Signaling pathway cross talk in Alzheimer's disease
Numerous studies suggest energy failure and accumulative intracellular waste play a causal role in the pathogenesis of several neurodegenerative disorders and Alzheimer's disease (AD) in particular. AD is characterized by extracellular amyloid deposits, intracellular neurofibrillary tangles, cholinergic deficits, synaptic loss, inflammation and extensive oxidative stress. These pathobiological changes are accompanied by significant behavioral, motor, and cognitive impairment leading to accelerated mortality. Currently, the potential role of several metabolic pathways associated with AD, including Wnt signaling, 5' adenosine monophosphate-activated protein kinase (AMPK), mammalian target of rapamycin (mTOR), Sirtuin 1 (Sirt1, silent mating-type information regulator 2 homolog 1), and peroxisome proliferator-activated receptor gamma co-activator 1-alpha (PGC-1 alpha) have widened, with recent discoveries that they are able to modulate several pathological events in AD. These include reduction of amyloid-beta aggregation and inflammation, regulation of mitochondrial dynamics, and increased availability of neuronal energy. This review aims to highlight the involvement of these new set of signaling pathways, which we have collectively termed anti-ageing pathways, for their potentiality in multi-target therapies against AD where cellular metabolic processes are severely impaired.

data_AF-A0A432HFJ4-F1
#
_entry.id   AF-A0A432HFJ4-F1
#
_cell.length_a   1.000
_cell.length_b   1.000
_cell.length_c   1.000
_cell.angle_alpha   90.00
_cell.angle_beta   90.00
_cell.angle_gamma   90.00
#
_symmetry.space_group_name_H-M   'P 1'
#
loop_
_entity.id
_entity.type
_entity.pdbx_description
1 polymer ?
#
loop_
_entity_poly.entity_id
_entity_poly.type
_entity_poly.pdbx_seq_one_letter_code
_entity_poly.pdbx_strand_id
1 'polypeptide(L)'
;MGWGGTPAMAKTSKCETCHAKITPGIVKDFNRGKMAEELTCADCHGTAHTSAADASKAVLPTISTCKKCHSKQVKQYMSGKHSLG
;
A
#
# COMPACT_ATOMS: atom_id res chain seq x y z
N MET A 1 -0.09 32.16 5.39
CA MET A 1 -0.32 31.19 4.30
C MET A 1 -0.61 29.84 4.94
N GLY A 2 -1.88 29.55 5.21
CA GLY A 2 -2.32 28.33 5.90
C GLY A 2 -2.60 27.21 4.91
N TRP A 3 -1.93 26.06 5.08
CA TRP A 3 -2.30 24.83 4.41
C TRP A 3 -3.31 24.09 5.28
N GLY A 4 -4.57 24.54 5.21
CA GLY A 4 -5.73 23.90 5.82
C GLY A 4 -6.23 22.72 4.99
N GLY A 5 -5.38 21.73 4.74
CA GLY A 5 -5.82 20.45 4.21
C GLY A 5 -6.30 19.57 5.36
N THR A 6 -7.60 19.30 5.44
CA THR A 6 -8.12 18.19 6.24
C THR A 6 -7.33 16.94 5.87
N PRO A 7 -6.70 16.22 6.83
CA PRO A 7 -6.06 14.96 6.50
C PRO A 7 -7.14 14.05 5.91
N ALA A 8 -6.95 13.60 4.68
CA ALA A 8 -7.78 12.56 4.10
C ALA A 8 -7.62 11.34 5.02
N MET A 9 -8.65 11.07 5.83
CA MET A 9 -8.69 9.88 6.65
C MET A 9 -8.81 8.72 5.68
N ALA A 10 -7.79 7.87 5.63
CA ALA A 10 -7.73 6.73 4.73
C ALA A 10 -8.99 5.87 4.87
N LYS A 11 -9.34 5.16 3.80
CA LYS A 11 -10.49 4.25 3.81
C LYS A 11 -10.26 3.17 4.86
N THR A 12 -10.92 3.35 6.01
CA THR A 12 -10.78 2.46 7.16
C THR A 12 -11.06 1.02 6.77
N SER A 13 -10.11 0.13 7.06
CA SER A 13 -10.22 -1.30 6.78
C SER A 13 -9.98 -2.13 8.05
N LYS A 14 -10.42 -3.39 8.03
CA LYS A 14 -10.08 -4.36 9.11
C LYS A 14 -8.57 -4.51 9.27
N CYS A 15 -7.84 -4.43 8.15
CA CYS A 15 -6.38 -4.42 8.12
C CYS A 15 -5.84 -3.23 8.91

|Título según WOS:||Signaling pathway cross talk in Alzheimer's disease|
|Título según SCOPUS:||Signaling pathway cross talk in Alzheimer's disease|
|Título de la Revista:||CELL COMMUNICATION AND SIGNALING|
|Fecha de publicación:||2014|
|Notas:||ISI, SCOPUS - ISI|